However, my approach to veganism held me back mentally. The biggest challenge of giving up this lifestyle was realizing how much I had let it define me and influence my relationships. I became aware of how enraged and difficult I was. I realized that I became anxious and frustrated when in social situations, even in the comfort of my own home. I also found that some aspects of this life clashed with my personal goals, especially when it came to fitness. Another very simple point I can’t deny that it’s true: The question was whether I was willing to live my values or not.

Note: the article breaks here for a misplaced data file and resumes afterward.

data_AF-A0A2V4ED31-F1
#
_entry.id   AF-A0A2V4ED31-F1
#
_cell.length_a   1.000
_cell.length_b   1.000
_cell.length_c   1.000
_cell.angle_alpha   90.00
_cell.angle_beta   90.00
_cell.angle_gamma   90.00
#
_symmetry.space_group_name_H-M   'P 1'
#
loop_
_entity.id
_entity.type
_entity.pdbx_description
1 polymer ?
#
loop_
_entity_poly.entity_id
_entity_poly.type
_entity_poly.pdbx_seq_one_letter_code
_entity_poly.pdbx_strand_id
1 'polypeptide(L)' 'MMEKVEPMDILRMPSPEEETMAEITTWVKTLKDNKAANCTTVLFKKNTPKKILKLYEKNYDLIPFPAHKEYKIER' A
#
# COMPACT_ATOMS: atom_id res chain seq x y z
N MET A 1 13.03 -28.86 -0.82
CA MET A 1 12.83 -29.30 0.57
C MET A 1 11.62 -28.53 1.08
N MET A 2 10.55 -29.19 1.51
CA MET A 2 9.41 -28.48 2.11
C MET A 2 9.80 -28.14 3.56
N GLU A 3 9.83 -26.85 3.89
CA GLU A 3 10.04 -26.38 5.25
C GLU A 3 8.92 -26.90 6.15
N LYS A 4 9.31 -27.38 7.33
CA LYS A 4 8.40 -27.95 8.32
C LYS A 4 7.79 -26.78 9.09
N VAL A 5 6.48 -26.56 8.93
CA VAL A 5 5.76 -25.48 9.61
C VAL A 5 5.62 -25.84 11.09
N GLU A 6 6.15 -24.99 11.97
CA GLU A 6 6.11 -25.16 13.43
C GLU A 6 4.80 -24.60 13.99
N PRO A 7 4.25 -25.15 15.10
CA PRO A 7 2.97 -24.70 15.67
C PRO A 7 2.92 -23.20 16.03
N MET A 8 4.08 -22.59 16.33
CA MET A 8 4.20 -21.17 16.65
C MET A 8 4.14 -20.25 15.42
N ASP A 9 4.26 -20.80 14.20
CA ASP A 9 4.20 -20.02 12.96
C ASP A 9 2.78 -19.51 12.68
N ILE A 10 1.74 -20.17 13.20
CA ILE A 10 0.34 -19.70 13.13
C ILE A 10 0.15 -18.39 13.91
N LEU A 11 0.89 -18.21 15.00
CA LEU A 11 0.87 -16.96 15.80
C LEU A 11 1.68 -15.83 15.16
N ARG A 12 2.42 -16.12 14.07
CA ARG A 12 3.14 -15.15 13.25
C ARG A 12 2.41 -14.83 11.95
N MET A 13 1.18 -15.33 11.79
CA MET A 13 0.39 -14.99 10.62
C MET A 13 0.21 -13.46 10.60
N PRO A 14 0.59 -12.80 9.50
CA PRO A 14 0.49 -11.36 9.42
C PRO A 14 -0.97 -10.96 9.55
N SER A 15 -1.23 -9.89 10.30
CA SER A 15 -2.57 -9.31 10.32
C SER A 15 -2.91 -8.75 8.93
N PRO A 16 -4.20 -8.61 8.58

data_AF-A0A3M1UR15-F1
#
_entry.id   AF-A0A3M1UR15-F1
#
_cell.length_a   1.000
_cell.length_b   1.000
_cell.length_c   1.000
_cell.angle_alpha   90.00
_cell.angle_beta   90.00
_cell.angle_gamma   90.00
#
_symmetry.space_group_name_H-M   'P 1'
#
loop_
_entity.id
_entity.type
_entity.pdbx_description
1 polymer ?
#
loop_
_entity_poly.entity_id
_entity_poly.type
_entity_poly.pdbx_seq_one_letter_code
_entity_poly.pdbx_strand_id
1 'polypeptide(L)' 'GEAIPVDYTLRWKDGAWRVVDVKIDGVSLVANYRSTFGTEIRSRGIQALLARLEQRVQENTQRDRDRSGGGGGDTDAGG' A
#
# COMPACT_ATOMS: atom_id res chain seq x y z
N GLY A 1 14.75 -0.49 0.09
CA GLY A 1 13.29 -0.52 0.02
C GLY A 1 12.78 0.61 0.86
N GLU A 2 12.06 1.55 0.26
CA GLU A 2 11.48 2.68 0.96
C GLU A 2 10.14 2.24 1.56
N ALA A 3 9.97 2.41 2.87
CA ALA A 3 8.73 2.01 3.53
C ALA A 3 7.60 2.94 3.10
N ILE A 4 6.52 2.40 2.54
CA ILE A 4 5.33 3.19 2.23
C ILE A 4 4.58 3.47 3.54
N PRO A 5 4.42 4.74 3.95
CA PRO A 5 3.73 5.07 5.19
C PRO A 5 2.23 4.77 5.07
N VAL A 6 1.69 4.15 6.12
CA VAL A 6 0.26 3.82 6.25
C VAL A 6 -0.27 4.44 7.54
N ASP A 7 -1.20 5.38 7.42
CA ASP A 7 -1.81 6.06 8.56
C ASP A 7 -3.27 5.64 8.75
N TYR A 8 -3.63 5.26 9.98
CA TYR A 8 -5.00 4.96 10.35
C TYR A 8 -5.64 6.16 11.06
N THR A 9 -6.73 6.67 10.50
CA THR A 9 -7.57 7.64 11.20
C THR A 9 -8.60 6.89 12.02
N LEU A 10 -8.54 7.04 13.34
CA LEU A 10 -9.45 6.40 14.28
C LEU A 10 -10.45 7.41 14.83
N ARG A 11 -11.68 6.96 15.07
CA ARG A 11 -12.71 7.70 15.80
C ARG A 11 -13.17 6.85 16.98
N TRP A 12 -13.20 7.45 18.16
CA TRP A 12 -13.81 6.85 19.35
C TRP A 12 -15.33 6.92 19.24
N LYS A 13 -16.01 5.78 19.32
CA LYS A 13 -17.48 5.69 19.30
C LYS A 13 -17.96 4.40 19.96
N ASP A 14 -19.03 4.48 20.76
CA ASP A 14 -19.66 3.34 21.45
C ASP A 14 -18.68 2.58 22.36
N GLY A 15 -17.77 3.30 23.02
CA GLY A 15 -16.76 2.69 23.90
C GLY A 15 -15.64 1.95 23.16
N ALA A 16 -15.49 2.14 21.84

Living your values isn’t something that happens automatically. A person can believe something is wrong but do it anyway. We do it all the time. We inherit our lifestyles from the people around us, and we uncover our values as we live life, and they’re not going to come to match each other on their own. Rather than work to reconcile them with each other, we mostly rationalize one or the other so that the disparity isn’t so apparent. However strangely, being the pro rationalizer that I am, I could never find the extra incentive to defend and keep honest with my ethical views on veganism. Was it the social pressures? The hope to avoid debate? Or maybe my lack of enthusiasm or passion? Yes, I do consider myself as an advocate for the fair treatment of animals and I know that it’s flatly wrong and atrocious to kill animals for food. Yet, it was difficult for me when such debates arose, and during times of intense pressure and stress, I found myself even rationalizing an omnivorous diet because it was just more convenient. I know that regardless of the health benefits I had experienced, my values were clearly not prescribing a vegan lifestyle and that affected me mentally as well.